To take up a judicial appointment in the UK, you will be subject to a statutory criminal record check called a DBS check.
A DBS check for a judicial appointment is a standard DBS check. All DBS checks are carried out by the Disclosure and Barring Service under terms set out in the 1974 Rehabilitation of Offenders Act.
The purpose of the act is to keep the public, particularly children and vulnerable adults, safe.
A standard DBS check for a judicial appointment will involve a search to verify whether you have any unspent or spent convictions, cautions, reprimands or warnings in existence on the Police National Computer.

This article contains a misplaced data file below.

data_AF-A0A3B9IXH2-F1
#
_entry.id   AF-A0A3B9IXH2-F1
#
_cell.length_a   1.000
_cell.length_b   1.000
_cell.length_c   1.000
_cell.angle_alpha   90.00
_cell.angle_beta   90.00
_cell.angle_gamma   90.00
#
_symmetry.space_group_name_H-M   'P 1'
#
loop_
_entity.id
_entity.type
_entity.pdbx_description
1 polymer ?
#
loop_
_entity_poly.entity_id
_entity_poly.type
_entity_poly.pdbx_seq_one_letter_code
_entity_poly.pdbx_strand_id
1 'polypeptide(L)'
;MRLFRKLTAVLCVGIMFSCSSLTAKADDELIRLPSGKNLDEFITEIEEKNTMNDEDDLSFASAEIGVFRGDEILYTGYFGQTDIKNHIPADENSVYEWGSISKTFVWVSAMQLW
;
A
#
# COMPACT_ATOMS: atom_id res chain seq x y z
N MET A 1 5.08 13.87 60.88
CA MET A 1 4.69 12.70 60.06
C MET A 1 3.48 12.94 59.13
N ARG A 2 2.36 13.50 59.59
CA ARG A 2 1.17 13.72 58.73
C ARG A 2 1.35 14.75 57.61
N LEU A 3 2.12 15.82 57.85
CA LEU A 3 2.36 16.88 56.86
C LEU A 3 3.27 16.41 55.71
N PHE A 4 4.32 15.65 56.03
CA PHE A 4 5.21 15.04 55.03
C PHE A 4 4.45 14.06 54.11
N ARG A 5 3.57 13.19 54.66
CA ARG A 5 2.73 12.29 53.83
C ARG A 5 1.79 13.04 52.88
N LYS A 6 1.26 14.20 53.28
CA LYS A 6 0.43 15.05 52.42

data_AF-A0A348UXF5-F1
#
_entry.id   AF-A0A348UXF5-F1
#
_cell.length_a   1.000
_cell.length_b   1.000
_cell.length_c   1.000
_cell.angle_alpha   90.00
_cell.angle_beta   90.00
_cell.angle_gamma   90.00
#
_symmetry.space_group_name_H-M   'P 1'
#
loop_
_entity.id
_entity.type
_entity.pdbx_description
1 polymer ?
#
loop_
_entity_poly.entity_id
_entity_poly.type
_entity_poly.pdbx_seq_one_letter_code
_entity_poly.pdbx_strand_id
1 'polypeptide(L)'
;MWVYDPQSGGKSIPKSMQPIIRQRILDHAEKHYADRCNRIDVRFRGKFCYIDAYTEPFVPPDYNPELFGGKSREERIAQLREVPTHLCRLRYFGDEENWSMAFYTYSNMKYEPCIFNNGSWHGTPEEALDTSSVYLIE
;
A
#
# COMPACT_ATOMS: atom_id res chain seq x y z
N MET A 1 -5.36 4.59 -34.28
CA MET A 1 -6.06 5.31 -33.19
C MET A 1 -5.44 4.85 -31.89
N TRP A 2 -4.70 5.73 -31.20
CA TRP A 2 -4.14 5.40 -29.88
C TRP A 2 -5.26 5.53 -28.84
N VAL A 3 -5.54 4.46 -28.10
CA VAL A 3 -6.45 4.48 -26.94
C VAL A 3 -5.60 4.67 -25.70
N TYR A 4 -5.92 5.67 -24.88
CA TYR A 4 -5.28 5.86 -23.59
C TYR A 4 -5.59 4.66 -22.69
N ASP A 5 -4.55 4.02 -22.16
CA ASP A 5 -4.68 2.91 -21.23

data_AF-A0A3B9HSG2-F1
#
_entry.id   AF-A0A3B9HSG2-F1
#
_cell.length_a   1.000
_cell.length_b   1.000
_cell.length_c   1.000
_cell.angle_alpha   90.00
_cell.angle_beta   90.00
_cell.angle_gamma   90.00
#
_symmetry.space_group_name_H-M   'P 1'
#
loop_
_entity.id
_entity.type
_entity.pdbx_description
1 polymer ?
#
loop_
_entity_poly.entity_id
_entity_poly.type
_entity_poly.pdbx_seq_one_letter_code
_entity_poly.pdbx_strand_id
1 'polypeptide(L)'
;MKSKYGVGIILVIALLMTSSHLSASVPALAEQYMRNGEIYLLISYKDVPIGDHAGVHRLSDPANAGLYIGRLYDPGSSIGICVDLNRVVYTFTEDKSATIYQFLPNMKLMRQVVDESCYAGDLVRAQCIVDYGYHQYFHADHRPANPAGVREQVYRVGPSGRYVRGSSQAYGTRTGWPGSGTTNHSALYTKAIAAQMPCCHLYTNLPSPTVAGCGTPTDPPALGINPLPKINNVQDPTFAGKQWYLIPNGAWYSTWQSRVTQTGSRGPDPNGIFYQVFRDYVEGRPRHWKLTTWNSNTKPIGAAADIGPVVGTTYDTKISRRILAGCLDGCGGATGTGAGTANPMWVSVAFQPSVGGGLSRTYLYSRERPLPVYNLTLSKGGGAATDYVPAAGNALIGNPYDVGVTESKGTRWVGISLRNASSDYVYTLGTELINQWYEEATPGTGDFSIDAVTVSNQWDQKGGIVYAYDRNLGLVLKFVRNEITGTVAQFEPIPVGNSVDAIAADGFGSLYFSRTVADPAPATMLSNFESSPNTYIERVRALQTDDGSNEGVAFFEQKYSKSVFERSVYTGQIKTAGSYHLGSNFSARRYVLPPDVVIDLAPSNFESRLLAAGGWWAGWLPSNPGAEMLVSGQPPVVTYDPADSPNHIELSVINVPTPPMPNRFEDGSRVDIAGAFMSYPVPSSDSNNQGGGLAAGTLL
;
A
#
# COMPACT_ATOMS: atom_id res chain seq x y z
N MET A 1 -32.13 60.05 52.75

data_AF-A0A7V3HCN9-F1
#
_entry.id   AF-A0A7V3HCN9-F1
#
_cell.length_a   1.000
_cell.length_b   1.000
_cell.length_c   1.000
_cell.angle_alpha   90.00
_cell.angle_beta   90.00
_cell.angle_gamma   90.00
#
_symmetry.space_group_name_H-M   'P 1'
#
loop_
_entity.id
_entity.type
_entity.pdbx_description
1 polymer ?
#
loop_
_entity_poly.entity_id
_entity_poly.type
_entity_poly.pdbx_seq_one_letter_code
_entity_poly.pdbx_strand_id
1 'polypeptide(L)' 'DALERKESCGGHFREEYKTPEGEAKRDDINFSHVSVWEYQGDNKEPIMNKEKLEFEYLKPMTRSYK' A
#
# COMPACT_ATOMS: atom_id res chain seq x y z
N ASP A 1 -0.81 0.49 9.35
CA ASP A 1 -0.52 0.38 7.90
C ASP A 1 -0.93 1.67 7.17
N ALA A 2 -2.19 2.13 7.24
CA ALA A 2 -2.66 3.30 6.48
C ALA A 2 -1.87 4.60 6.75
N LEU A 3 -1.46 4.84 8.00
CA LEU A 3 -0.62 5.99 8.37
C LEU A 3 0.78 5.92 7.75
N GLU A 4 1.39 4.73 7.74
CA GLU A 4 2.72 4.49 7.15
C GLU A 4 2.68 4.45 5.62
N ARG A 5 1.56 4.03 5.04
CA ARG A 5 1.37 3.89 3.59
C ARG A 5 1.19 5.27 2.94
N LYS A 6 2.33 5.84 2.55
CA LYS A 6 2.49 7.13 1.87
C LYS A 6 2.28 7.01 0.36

The influential nature of the role and degree of contact you will have with the public, mean this mid-level CRB check is a mandatory part of the recruitment process for all judicial appointments in the UK.
Due to the significance of the position, under the 1975 Exceptions Order, you must disclose any spent you have. Failure to disclose any information during the search will prevent you from working in the role.
Find out more about standard DBS checks and your legal rights at: hub.unlock.org.uk/rehabilitationofoffendersact